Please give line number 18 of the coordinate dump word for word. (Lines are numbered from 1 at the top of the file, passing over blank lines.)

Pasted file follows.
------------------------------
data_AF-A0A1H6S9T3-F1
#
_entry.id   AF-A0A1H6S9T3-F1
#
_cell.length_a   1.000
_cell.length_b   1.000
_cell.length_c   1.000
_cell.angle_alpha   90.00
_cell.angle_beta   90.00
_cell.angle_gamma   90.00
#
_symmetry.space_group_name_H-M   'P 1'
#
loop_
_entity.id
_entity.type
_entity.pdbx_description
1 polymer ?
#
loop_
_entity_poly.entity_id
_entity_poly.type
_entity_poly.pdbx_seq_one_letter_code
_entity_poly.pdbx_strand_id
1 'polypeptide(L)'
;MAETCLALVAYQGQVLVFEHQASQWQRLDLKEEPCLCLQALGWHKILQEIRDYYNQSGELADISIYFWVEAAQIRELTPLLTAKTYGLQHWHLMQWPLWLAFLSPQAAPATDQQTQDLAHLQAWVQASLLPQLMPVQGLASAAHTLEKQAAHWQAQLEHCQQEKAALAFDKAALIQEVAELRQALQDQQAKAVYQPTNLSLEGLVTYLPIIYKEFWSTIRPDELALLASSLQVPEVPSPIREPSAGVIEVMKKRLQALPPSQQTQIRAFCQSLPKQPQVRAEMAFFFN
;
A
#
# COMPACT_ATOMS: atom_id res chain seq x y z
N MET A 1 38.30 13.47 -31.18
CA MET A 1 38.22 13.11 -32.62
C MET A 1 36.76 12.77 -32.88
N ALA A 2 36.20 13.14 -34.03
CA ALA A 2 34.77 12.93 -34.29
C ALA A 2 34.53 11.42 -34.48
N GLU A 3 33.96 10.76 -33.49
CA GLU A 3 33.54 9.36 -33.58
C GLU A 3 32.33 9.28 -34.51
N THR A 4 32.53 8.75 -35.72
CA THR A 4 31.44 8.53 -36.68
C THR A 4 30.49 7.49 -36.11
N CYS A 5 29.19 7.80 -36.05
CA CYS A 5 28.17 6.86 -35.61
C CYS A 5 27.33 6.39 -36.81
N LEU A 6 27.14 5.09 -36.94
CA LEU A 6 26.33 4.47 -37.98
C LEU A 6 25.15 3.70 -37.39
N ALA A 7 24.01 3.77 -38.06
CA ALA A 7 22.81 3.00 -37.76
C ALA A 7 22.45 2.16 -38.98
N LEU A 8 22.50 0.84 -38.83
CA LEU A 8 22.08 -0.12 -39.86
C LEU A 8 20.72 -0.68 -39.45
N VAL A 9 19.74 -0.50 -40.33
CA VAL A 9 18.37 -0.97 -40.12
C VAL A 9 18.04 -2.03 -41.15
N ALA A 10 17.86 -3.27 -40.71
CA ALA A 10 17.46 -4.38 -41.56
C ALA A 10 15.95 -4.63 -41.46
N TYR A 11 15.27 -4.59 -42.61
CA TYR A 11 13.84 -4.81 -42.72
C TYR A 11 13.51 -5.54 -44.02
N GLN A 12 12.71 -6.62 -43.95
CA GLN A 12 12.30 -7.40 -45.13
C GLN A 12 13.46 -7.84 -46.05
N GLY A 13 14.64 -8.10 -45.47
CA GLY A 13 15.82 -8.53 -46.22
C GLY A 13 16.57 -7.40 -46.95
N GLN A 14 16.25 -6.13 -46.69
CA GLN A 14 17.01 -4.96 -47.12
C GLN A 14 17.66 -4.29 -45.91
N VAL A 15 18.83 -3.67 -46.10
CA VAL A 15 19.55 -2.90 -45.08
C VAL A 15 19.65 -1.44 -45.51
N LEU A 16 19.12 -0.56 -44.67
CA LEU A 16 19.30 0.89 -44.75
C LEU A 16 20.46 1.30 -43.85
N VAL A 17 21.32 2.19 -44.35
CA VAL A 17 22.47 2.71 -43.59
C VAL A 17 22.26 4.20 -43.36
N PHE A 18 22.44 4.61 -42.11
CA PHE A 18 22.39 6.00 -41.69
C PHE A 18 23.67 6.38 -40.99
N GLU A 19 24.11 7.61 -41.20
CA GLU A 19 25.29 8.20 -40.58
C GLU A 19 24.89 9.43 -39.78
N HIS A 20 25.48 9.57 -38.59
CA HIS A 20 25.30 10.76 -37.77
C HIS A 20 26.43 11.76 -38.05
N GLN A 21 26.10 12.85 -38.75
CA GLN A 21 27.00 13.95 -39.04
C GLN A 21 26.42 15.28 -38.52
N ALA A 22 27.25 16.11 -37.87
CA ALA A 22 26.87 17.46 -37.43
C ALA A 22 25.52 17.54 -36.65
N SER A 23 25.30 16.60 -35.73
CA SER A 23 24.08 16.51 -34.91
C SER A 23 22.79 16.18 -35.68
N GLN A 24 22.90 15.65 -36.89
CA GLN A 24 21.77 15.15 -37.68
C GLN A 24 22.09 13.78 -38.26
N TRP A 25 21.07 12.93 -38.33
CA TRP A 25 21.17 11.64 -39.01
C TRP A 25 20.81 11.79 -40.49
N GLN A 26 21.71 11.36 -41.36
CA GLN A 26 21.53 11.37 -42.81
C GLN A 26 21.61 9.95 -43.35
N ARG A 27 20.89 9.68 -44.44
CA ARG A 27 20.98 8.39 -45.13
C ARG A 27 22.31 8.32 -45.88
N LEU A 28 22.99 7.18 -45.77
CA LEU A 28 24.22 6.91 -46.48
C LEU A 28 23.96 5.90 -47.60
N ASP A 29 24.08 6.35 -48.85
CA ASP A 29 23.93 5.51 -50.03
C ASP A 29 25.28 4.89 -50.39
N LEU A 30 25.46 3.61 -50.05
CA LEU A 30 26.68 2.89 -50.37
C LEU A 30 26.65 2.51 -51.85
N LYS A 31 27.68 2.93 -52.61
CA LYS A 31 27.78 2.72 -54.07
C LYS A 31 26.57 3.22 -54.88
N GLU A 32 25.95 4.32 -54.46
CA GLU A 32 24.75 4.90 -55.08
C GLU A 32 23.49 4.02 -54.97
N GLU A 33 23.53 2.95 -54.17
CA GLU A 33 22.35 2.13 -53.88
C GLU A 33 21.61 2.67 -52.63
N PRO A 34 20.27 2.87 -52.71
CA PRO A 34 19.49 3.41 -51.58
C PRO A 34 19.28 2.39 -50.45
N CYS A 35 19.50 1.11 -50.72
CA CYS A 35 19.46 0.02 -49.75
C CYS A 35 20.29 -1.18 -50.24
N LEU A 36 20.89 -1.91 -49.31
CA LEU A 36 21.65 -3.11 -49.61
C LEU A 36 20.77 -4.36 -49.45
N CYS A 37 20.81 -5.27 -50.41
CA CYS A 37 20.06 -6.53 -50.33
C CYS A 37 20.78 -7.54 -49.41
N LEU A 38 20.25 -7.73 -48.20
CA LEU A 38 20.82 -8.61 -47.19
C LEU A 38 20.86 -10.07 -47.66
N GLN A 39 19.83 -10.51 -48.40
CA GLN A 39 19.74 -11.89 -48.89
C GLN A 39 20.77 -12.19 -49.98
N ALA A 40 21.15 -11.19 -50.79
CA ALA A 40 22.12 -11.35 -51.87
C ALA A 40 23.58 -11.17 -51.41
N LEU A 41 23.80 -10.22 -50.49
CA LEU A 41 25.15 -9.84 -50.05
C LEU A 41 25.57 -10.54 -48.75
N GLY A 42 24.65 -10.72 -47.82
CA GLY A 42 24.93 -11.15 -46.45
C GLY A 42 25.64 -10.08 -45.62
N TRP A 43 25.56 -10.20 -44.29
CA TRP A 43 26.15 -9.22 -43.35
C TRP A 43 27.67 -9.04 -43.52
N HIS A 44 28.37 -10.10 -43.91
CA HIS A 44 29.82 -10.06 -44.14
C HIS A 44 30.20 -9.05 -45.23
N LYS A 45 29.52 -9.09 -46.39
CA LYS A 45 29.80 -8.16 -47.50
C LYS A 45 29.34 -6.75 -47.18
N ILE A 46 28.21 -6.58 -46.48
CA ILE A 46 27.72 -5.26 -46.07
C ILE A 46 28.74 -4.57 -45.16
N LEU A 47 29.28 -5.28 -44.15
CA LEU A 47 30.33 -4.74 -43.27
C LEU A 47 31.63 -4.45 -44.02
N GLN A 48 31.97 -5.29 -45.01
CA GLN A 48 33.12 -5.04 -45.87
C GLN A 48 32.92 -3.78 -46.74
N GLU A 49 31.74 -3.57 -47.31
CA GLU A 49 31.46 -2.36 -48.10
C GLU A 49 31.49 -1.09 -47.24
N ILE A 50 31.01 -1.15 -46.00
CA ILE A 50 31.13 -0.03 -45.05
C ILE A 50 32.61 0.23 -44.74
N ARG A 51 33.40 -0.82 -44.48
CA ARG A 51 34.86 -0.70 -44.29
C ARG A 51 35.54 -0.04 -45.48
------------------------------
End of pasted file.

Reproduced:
1 polymer ?